Friday 8 March 2019

Book review : Into The River - Mark Brandi

I'm not sure who picked the cover picture for Mark Brandi's Into The River, but it's brilliant - fiery red and troubling, moody, dark skies, leading down to the intriguing, inviting, mesmerising waves that seem to want to drag you down to see what lies below ... or at least what lies beneath the cover !

Into The River was first published in 2018 in the author's native Australia under the title Wimmera and this original title - the name of a region in the state of Victoria - gives an idea of the Australian setting. Think flour mills and grain storage silos, sheep and national parks ... err, that's about as good as it gets !

Ben and Fab, two childhood friends, spend their days playing cricket, fishing for yabbies (like lobsters), riding their BMX bikes and lusting after a pair of Nike Air Maxes. They're just typical eleven-year-old kids, drifting towards high school and their teenage years. They don't talk about Fab getting hit by his father or Ben being unnerved by his next door neighbour's sudden death. When a burly newcomer, Ronnie, arrives in town, the boys stake him out, convinced he's a secret agent, or at least some guy who's bigger than Fab's dad. He offers Ben his first job around his house ... and a whole lot more.

Time moves on and Ben moves away. Twenty years later, Fab picks up the narration. Two local boys spot a strange wheelie bin in the river and, pulling it out, discover that its lid has been painstakingly bolted shut. This will be the event that unlocks the truth about what went on in the past.

As a child of the same generation, I loved the portrayal of the boys back in the eighties. Modern readers, used to mobile phones, internet and endless child safety campaigns, probably won't really understand how kids could end up in these kinds of situations, but back then, it definitely happened. I can remember heading off for the day with my friends with no way that my parents could get in touch with me, unless I decided to call home from a phone box. I can also remember hearing the odd tale at school that would certainly raise a few shocked looks now, and much bigger stories involving famous people, such as Rolf Harris, Jimmy Saville and Michael Jackson, to name but a few, are finally making their way into the headlines.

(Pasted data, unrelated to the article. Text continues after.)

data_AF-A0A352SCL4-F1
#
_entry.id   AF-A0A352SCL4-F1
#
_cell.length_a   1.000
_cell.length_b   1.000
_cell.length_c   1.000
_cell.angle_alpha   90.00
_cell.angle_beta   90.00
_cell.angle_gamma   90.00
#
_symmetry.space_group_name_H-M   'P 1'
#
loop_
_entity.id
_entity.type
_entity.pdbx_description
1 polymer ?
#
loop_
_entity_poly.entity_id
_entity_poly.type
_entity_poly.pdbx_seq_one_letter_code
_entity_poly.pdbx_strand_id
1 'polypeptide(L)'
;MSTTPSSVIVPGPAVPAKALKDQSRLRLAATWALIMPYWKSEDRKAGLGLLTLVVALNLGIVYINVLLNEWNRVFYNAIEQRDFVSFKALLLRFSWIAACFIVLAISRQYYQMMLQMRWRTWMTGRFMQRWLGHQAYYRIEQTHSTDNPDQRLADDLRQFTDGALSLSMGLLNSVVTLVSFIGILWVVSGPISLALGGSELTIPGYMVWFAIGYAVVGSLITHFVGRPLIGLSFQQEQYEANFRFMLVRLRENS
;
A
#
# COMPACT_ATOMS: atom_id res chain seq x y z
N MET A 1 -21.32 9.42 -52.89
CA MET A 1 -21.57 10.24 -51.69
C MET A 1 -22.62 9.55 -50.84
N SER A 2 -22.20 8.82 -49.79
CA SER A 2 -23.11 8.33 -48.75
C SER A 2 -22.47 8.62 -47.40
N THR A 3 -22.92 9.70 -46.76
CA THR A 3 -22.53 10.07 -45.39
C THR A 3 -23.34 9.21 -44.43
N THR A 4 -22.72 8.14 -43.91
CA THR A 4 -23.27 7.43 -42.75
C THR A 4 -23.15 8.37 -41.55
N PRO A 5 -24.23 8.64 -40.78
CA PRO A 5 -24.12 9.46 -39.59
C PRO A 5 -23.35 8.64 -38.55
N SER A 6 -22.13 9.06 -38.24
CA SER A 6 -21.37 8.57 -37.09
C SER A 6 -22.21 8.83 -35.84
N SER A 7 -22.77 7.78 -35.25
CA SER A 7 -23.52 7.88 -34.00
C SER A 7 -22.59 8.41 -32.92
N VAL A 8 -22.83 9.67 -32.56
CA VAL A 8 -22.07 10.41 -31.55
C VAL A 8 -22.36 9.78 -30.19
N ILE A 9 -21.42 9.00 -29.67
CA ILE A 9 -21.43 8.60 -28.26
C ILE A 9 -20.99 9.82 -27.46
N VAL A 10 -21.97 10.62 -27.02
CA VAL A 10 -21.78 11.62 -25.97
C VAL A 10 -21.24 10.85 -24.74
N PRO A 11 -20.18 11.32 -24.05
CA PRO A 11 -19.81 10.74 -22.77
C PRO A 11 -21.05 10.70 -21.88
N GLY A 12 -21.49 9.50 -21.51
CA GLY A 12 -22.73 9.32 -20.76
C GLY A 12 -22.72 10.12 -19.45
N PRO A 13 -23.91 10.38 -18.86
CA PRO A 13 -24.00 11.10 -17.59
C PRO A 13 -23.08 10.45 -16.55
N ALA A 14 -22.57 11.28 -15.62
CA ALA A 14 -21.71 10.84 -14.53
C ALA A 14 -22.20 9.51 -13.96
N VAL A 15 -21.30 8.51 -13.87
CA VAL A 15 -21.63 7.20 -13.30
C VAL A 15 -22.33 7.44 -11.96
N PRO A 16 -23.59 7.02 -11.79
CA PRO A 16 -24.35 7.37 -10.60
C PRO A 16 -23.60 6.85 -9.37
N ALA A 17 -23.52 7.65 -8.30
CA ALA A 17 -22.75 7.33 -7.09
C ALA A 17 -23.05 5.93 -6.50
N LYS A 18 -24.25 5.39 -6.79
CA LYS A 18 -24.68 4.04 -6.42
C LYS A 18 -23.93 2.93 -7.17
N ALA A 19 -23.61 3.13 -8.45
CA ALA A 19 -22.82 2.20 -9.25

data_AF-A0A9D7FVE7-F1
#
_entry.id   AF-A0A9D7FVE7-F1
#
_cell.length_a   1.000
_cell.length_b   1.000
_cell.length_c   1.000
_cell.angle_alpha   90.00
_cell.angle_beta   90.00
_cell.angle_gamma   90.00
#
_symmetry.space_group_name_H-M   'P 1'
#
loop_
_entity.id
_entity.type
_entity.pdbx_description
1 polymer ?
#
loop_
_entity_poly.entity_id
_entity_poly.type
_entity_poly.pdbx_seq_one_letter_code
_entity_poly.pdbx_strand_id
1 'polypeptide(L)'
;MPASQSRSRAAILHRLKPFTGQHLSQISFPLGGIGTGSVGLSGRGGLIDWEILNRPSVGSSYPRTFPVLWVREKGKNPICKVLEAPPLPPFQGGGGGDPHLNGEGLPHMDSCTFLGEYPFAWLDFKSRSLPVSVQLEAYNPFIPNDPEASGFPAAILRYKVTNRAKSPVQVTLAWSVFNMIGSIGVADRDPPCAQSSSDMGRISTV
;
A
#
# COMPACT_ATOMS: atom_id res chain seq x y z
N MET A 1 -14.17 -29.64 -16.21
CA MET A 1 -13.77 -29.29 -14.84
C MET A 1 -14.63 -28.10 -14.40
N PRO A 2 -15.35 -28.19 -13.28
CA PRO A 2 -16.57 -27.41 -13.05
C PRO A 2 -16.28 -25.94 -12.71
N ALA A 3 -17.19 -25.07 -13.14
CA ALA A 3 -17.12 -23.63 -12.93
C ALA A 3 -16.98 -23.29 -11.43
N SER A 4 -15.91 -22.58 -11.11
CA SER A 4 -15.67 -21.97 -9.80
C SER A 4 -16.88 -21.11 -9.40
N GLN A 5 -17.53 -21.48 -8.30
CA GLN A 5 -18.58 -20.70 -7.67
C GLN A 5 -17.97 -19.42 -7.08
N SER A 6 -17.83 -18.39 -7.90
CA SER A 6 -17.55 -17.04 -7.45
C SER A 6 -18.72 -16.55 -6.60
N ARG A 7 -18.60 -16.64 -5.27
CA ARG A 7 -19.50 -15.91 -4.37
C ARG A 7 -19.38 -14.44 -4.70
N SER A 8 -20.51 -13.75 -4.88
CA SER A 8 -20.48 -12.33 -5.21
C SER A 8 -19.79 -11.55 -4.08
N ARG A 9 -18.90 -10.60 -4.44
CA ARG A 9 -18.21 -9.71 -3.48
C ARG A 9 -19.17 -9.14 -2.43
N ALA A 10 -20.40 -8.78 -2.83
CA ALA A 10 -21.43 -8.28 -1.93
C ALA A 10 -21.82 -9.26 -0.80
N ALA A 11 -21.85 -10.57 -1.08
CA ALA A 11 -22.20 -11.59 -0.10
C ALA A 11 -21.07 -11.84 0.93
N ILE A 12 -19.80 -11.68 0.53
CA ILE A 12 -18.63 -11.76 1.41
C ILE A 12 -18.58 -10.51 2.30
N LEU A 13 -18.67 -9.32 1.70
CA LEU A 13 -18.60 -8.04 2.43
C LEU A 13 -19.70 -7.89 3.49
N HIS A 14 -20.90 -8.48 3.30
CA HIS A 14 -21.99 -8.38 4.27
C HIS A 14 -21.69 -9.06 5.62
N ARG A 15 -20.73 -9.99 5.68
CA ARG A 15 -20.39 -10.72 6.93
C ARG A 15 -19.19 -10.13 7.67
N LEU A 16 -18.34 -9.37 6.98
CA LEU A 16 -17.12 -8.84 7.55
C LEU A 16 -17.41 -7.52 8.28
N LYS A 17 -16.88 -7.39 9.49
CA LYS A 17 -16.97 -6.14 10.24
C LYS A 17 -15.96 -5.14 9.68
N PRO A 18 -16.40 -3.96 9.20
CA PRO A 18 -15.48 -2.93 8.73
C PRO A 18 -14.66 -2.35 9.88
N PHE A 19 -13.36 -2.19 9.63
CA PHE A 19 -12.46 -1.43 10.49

I loved the way the story was told, with lots left to the reader's imagination. It's only a short book - about 240 pages - but certainly packs a punch.

Disclosure : I received a review copy of the book.


  1. It sounds like a perfect book for me, especially as it is from my part of the world and not too long. Thank you.

  2. The cover design is striking, I agree, it sets you in the mood and gives a hint that it's going to tackle troubling issues.
    My Mu was rather overprotective, so I didn't have as much freedom as my contemporaries, but I do remember going to the shops for groceries when I was about Eddie's age now, and I certainly wouldn't let him do that.

    1. Yes, I'm the same - I don't mind the girls going out, but they have their phones. Once Pierre starts at secondary school, he'll get a phone too then he can have a bit more liberty too !


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